Who knew a piece of spaghetti or a grain of sugar could be so pretty?
Macro photography is a way to explore the unfamilar aspects of our very familiar world. Getting extremely close often means finding beautiful and strange details. A new video from Pyanek called "Amazing Worlds Within Our World," pushes that concept to its limits, highlighting the details that would otherwise go unseen.
The photographer used a Canon T3i (600D/Kiss X5) with the kit lens reveresed to make these images. Editing was done in HeliconFocus for focus stacking and final adjustments were made in Lightroom and Exposure 5.
Watch the video below to see mundane objects like ballpoint pens, kitchen sponges and pieces of food take their closeup.
Feeling inspired and want to try your hand at macro photography? Check out our guide to help get you started.
[Via: This is Colossal]
Samyang launches $549 lens for stills and video
After weeks of rumors, Samyang has officially announced their 135mm f/2.0 lens. The lens is available in 10 mounts: Canon, Canon M, Nikon, Pentax, Sony A, Sony E, Fujifilm X, Samsung NX, Four-Thirds, and MFT, which makes it extremely versatile in terms of camera systems. And, of course, like the rest of Samyang's lens lineup, it's manual focus only.
Other features include 11 glass elements in 7 groups, a minimum focal length of 0.8m, an f/2 to f/22 aperture range, a circular aperture with 9 blades, a detachable petal-shaped lens hood and multi-coated glass to minimize flare, and an extra-low dispersion element to reduce chromatic aberrations.
The Samyang 135mm is available for preorder from retailers like B&H for $549. At that price, it's decidedly cheaper than other 135mm portrait lenses, so if you're willing to forego autofocus, it could be a really great headshot lens. Once a final version is available, we'll bring it into our test lab to see how it stacks up against the competition.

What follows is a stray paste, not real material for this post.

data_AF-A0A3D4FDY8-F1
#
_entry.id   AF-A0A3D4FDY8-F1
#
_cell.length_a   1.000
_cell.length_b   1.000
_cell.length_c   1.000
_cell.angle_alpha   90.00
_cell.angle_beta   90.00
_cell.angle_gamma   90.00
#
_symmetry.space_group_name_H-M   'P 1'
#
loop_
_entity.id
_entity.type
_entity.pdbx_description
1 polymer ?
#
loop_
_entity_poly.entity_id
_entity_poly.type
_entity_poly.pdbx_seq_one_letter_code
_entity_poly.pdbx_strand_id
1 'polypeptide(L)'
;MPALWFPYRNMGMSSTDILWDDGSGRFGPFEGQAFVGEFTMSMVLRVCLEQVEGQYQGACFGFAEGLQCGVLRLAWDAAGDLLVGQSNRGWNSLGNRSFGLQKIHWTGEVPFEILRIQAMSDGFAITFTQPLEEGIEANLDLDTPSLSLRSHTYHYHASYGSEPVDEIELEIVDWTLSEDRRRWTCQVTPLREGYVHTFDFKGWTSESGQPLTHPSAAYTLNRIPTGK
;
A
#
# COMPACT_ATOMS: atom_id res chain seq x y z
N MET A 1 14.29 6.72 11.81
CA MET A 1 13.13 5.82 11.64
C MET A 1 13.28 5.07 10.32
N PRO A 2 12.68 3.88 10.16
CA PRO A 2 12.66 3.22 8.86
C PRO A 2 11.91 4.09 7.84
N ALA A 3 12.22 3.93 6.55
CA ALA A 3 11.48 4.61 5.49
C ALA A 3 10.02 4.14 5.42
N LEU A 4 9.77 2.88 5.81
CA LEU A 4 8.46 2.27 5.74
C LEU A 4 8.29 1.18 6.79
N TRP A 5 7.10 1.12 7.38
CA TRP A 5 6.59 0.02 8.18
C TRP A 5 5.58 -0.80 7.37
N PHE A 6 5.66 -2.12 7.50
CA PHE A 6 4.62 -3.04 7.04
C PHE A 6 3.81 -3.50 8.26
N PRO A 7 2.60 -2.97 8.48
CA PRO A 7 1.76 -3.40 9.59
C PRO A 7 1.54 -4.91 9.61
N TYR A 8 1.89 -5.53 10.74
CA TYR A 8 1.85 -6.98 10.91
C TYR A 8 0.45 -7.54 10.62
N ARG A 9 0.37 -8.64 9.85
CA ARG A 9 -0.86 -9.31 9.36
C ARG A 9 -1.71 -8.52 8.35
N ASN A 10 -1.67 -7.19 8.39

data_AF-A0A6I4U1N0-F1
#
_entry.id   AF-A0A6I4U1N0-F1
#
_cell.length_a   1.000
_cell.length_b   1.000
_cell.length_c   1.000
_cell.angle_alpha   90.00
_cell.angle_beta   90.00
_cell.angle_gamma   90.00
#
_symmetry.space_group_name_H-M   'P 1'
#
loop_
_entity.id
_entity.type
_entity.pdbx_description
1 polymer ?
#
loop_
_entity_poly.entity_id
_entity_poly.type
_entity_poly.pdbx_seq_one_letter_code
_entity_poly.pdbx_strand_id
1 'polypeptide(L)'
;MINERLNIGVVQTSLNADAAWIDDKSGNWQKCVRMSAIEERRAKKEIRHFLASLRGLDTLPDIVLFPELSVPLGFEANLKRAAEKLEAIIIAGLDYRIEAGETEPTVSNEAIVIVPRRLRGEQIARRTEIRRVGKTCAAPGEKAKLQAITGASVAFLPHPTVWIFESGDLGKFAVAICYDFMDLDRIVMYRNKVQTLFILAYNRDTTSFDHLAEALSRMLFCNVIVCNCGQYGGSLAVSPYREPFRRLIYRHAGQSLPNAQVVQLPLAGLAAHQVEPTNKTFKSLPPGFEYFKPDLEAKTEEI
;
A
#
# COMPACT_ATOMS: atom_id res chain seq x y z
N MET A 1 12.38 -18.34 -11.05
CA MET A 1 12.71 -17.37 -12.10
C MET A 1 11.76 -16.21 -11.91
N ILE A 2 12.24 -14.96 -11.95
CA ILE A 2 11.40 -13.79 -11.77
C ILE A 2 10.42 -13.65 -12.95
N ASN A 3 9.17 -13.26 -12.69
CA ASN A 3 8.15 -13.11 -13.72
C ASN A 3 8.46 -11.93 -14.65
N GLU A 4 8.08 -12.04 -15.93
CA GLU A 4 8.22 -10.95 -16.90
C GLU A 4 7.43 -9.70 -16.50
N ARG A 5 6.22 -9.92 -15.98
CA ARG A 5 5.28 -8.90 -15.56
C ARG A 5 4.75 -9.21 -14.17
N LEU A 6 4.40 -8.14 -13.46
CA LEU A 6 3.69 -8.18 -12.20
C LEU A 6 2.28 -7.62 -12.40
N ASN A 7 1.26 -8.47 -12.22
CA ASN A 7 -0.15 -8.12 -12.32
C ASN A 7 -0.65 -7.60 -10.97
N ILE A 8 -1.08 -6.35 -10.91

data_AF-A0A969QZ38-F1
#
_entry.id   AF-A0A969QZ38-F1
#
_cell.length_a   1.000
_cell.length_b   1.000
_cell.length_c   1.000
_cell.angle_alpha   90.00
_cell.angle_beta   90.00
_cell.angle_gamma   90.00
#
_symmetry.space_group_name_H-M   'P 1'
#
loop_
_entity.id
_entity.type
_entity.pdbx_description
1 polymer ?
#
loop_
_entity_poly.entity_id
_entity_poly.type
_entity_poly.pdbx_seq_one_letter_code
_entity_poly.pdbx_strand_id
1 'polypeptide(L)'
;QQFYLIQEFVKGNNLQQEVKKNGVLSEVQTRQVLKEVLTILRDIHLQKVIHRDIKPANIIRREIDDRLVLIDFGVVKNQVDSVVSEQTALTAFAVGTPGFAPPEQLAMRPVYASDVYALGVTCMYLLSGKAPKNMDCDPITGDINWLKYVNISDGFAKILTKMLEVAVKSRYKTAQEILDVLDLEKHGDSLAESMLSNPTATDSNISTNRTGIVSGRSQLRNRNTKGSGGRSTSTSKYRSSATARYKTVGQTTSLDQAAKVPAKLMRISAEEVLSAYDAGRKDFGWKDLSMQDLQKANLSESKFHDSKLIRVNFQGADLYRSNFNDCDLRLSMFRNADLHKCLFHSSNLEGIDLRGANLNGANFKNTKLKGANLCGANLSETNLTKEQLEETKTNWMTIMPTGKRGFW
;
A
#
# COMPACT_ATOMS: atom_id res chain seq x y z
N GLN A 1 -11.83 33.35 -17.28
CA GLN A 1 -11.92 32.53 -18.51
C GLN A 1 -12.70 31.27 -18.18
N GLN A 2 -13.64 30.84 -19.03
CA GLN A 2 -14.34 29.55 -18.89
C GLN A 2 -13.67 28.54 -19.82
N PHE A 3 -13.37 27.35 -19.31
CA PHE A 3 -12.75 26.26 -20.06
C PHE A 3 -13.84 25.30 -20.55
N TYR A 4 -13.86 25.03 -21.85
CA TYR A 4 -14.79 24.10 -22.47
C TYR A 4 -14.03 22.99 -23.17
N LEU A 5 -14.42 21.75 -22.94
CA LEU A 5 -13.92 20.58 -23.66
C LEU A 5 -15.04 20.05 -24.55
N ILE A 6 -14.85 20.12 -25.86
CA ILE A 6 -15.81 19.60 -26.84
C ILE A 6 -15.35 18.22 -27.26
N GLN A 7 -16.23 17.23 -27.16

A bird's eye view of a near-catastrophe
Drones are a big deal in the photography world at the moment. Just look at how much new drone stuff we saw at CES last week. But, despite being the hot new piece of gear, they do have a bit of a learning curve. And this Youtube user found that out the hard way when he almost sends his new DJI Phantom 2 into the drink on its maiden voyage.
The video is currently making the rounds on the internet, so it gets the omnipresent disclaimer about how it might just be a "viral" fake. Still, it looks pretty real and it acts as a nice reminder about how easy it is to nuke a piece of equipment when you're sending it off on its own into the friendly skies.
Including new time-lapse, auto-rotate, and burst shooting features for the Hero4 Silver and Black editions
In case you weren’t already pumped about that GoPro you got for the holidays, the company has just announced that the Hero4 Silver and Black editions will be getting updates.
The updates will include a mode that auto-converts time-lapses into videos, and a burst-photo setting that can capture 30 pictures over the span of six seconds.
In addition to these changes, both cameras will no have auto-rotate, a much needed feature for action photography. Auto-rotate will mean never recording another upside-down video, because the camera will be able to detect that the positioning is wrong, and flip the video itself.
The Hero4 Black edition will be receiving even more new features. You will now be able to capture 720p at 240fps for some great HD slow motion videos. 2.7K video will be updated to have a higher frame rate of 60fps. Plus, you will now be able to add “highlight” tags during playback, after video capture.
GoPro has not confirmed an exact release date for these updates, but they are set to happen in the next couple of months.
You're going to need a data plan and lots of data